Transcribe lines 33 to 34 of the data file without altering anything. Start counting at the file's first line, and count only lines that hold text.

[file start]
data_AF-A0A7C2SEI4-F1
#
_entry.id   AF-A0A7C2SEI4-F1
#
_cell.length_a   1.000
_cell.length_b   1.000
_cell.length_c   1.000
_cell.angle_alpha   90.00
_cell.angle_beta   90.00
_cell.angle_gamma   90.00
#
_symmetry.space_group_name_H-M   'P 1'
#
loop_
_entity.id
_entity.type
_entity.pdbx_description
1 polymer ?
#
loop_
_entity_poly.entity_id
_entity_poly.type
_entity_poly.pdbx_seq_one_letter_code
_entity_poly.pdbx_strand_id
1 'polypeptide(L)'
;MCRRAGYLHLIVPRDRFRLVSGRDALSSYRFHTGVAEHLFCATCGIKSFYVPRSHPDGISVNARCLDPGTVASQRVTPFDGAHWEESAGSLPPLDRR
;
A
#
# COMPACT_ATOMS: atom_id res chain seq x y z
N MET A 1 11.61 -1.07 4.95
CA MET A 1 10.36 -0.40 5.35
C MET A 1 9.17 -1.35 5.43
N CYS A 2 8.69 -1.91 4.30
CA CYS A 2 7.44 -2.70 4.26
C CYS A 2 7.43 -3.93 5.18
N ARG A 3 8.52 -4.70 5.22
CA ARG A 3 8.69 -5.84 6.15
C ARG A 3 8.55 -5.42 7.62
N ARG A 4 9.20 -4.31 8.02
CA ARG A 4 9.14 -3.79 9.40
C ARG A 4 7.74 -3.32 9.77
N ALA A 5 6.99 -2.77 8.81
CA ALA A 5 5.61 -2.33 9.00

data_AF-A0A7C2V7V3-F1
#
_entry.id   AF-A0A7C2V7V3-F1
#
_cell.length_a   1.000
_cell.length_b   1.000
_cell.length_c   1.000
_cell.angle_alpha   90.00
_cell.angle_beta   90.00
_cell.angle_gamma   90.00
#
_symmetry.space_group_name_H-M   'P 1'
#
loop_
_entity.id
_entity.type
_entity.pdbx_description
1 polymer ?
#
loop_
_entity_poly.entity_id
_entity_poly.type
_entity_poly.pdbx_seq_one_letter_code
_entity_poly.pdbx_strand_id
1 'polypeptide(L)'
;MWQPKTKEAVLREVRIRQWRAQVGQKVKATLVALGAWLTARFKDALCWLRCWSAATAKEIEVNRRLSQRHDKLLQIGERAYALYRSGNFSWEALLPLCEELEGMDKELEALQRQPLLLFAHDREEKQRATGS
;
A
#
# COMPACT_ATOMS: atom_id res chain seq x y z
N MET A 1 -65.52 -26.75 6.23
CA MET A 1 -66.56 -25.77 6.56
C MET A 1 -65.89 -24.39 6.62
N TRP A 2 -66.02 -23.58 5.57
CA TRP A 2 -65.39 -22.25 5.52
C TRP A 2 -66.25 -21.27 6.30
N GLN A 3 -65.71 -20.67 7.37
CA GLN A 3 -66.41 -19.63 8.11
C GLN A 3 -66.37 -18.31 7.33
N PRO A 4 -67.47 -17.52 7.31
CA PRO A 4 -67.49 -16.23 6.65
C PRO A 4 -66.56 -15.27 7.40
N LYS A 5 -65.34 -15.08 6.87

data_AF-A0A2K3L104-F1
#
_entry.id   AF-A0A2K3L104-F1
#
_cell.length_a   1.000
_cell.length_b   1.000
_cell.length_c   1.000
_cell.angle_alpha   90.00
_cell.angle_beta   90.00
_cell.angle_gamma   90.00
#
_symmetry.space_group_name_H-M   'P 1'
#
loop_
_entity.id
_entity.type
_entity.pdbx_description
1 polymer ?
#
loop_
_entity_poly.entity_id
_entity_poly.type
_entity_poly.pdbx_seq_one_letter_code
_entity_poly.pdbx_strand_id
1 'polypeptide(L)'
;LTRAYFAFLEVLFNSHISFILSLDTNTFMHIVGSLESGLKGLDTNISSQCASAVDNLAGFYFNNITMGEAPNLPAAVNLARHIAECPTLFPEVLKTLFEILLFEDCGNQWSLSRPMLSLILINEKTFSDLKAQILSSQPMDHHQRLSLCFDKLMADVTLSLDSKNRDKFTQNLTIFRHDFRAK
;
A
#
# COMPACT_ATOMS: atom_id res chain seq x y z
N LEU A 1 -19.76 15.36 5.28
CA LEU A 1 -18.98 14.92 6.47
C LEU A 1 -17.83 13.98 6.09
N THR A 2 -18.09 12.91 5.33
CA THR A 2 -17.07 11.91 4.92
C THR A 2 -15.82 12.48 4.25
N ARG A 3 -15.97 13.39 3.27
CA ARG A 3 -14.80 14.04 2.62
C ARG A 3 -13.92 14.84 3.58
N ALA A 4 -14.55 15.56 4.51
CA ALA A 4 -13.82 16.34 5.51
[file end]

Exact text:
C MET A 1 9.17 -1.35 5.43
N CYS A 2 8.69 -1.91 4.30